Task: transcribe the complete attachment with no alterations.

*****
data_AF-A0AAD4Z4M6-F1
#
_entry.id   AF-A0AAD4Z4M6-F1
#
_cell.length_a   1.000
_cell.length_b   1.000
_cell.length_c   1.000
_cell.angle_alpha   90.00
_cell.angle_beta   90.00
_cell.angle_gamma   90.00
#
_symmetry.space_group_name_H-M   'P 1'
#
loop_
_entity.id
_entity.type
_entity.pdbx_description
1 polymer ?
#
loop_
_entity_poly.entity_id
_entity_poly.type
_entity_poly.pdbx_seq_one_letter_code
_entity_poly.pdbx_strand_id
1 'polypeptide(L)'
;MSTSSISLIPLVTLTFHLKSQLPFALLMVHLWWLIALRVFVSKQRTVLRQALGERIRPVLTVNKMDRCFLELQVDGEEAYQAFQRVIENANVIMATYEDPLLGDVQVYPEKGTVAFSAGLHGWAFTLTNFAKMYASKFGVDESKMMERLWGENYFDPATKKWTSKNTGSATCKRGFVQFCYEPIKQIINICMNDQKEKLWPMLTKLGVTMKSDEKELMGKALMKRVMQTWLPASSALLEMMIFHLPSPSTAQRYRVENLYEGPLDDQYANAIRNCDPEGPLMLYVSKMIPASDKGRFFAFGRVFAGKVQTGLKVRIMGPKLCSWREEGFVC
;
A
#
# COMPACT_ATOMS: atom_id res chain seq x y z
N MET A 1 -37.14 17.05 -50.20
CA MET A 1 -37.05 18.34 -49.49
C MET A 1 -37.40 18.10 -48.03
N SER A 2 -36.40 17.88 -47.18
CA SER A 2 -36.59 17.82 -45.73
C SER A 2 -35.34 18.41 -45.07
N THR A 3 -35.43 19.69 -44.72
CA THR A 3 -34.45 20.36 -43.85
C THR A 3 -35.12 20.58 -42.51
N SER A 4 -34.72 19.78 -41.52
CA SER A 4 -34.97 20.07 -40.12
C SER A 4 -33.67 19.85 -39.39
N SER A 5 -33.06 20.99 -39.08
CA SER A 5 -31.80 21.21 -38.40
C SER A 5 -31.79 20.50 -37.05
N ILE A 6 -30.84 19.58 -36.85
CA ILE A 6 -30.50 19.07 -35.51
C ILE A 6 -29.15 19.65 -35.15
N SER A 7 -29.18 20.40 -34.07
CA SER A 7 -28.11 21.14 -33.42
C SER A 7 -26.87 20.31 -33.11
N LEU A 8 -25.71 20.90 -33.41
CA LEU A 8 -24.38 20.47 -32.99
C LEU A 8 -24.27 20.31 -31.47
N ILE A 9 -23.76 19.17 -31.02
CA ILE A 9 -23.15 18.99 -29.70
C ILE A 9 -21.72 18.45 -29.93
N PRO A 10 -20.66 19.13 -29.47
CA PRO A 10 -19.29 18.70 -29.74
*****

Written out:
data_AF-A0AAD4Z4M6-F1
#
_entry.id   AF-A0AAD4Z4M6-F1
#
_cell.length_a   1.000
_cell.length_b   1.000
_cell.length_c   1.000
_cell.angle_alpha   90.00
_cell.angle_beta   90.00
_cell.angle_gamma   90.00
#
_symmetry.space_group_name_H-M   'P 1'
#
loop_
_entity.id
_entity.type
_entity.pdbx_description
1 polymer ?
#
loop_
_entity_poly.entity_id
_entity_poly.type
_entity_poly.pdbx_seq_one_letter_code
_entity_poly.pdbx_strand_id
1 'polypeptide(L)'
;MSTSSISLIPLVTLTFHLKSQLPFALLMVHLWWLIALRVFVSKQRTVLRQALGERIRPVLTVNKMDRCFLELQVDGEEAYQAFQRVIENANVIMATYEDPLLGDVQVYPEKGTVAFSAGLHGWAFTLTNFAKMYASKFGVDESKMMERLWGENYFDPATKKWTSKNTGSATCKRGFVQFCYEPIKQIINICMNDQKEKLWPMLTKLGVTMKSDEKELMGKALMKRVMQTWLPASSALLEMMIFHLPSPSTAQRYRVENLYEGPLDDQYANAIRNCDPEGPLMLYVSKMIPASDKGRFFAFGRVFAGKVQTGLKVRIMGPKLCSWREEGFVC
;
A
#
# COMPACT_ATOMS: atom_id res chain seq x y z
N MET A 1 -37.14 17.05 -50.20
CA MET A 1 -37.05 18.34 -49.49
C MET A 1 -37.40 18.10 -48.03
N SER A 2 -36.40 17.88 -47.18
CA SER A 2 -36.59 17.82 -45.73
C SER A 2 -35.34 18.41 -45.07
N THR A 3 -35.43 19.69 -44.72
CA THR A 3 -34.45 20.36 -43.85
C THR A 3 -35.12 20.58 -42.51
N SER A 4 -34.72 19.78 -41.52
CA SER A 4 -34.97 20.07 -40.12
C SER A 4 -33.67 19.85 -39.39
N SER A 5 -33.06 20.99 -39.08
CA SER A 5 -31.80 21.21 -38.40
C SER A 5 -31.79 20.50 -37.05
N ILE A 6 -30.84 19.58 -36.85
CA ILE A 6 -30.50 19.07 -35.51
C ILE A 6 -29.15 19.65 -35.15
N SER A 7 -29.18 20.40 -34.07
CA SER A 7 -28.11 21.14 -33.42
C SER A 7 -26.87 20.31 -33.11
N LEU A 8 -25.71 20.90 -33.41
CA LEU A 8 -24.38 20.47 -32.99
C LEU A 8 -24.27 20.31 -31.47
N ILE A 9 -23.76 19.17 -31.02
CA ILE A 9 -23.15 18.99 -29.70
C ILE A 9 -21.72 18.45 -29.93
N PRO A 10 -20.66 19.13 -29.47
CA PRO A 10 -19.29 18.70 -29.74